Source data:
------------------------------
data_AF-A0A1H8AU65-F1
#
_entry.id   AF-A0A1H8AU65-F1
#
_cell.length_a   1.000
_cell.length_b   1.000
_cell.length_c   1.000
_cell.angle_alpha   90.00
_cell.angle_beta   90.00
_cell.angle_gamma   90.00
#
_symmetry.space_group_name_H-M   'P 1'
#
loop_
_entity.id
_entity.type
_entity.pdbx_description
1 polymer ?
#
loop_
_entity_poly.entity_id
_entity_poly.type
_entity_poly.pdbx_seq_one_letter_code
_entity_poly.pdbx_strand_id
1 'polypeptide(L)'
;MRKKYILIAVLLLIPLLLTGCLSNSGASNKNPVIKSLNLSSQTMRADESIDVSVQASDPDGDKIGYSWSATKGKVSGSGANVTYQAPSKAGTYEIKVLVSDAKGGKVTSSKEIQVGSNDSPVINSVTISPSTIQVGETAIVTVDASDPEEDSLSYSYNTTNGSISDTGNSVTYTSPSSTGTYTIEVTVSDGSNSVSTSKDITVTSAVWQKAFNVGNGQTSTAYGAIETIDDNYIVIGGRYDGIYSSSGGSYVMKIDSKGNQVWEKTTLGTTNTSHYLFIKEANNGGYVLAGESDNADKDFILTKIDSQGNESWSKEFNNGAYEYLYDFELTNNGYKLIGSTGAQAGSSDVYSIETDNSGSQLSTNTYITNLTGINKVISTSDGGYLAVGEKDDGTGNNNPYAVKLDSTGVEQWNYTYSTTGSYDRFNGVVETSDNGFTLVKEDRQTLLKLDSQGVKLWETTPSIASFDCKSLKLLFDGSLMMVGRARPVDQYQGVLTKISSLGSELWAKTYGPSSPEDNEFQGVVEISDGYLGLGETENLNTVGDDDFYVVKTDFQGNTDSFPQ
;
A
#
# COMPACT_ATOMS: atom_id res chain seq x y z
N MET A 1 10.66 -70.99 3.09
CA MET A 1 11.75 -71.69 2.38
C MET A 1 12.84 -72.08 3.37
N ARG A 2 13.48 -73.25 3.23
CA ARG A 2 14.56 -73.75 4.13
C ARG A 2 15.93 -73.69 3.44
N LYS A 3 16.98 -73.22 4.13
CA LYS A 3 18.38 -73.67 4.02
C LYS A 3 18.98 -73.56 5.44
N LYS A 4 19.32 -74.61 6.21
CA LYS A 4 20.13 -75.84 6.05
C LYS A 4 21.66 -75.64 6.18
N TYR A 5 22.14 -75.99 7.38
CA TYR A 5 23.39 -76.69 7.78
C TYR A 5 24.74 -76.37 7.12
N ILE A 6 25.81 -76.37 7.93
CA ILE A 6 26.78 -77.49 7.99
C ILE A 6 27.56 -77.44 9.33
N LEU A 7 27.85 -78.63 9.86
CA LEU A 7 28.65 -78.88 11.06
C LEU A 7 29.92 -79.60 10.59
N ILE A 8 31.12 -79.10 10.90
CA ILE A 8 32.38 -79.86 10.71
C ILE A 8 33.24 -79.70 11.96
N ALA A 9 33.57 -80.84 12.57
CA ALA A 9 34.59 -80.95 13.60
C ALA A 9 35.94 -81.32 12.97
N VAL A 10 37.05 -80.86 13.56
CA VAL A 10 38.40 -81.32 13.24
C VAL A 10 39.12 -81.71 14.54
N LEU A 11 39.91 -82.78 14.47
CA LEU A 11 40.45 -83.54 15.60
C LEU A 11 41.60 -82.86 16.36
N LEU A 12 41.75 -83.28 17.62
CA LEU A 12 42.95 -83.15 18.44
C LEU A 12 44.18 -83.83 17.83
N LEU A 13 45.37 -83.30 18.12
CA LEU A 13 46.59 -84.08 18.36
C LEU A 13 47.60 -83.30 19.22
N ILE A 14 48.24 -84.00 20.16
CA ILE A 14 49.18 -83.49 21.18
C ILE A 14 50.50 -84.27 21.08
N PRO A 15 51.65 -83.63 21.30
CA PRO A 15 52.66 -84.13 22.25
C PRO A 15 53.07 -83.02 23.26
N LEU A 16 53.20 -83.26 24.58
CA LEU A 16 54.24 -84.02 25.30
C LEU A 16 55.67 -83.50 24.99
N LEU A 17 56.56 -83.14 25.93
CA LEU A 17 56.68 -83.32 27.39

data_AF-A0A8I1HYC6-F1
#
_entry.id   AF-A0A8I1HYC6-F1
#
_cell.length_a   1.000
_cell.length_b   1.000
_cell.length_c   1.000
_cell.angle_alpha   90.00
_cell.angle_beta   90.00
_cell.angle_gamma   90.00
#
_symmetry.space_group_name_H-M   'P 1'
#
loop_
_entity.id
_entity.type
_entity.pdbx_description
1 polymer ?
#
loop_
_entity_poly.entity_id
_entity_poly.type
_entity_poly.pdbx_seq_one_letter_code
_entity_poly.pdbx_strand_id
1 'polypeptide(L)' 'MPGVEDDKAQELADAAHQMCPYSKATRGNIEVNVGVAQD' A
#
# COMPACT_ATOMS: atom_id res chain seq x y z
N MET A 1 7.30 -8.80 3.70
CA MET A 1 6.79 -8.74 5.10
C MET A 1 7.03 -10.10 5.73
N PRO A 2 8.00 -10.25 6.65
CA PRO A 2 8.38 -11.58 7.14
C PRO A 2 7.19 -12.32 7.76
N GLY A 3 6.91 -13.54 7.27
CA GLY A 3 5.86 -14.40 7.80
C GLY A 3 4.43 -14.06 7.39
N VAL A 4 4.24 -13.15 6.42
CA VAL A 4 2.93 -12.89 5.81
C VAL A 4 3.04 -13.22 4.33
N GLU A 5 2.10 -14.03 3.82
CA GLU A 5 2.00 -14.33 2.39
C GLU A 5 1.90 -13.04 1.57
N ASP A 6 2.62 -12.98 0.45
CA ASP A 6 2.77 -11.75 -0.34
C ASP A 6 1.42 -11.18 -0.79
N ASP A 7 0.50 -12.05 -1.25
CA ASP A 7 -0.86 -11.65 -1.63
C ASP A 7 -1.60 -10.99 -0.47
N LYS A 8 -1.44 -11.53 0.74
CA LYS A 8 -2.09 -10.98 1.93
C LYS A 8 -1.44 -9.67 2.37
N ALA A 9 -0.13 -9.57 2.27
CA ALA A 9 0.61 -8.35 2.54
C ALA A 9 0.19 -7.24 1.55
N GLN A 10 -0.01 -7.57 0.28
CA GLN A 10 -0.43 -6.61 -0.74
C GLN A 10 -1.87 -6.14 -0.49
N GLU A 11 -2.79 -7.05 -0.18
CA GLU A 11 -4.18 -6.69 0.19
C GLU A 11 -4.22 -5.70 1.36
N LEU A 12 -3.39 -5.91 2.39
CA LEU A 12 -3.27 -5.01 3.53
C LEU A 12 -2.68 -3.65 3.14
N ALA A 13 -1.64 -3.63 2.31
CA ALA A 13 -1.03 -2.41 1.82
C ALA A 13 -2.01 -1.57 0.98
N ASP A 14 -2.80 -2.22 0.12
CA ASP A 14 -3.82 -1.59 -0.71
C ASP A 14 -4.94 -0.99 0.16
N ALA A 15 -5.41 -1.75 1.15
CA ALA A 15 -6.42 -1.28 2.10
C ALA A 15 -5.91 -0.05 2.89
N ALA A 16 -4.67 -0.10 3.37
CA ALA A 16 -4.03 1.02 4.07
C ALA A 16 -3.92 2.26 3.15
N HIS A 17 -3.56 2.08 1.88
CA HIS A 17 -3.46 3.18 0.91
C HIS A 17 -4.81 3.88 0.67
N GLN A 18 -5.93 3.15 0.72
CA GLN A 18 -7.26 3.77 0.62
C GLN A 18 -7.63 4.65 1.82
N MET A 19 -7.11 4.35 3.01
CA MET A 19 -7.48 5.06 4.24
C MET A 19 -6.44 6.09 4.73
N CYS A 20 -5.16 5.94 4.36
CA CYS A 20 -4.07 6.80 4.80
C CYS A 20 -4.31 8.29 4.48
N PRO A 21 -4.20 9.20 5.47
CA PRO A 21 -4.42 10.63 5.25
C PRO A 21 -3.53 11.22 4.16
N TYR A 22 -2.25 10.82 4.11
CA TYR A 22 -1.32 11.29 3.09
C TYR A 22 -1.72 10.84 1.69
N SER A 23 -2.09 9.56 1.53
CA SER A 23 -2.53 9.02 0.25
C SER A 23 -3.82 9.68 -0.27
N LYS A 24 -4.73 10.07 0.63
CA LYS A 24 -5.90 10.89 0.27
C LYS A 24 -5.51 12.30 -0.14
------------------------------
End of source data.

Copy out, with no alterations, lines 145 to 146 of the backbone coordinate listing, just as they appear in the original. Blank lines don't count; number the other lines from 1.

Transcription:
CA ALA A 13 -1.03 -2.41 1.82
C ALA A 13 -2.01 -1.57 0.98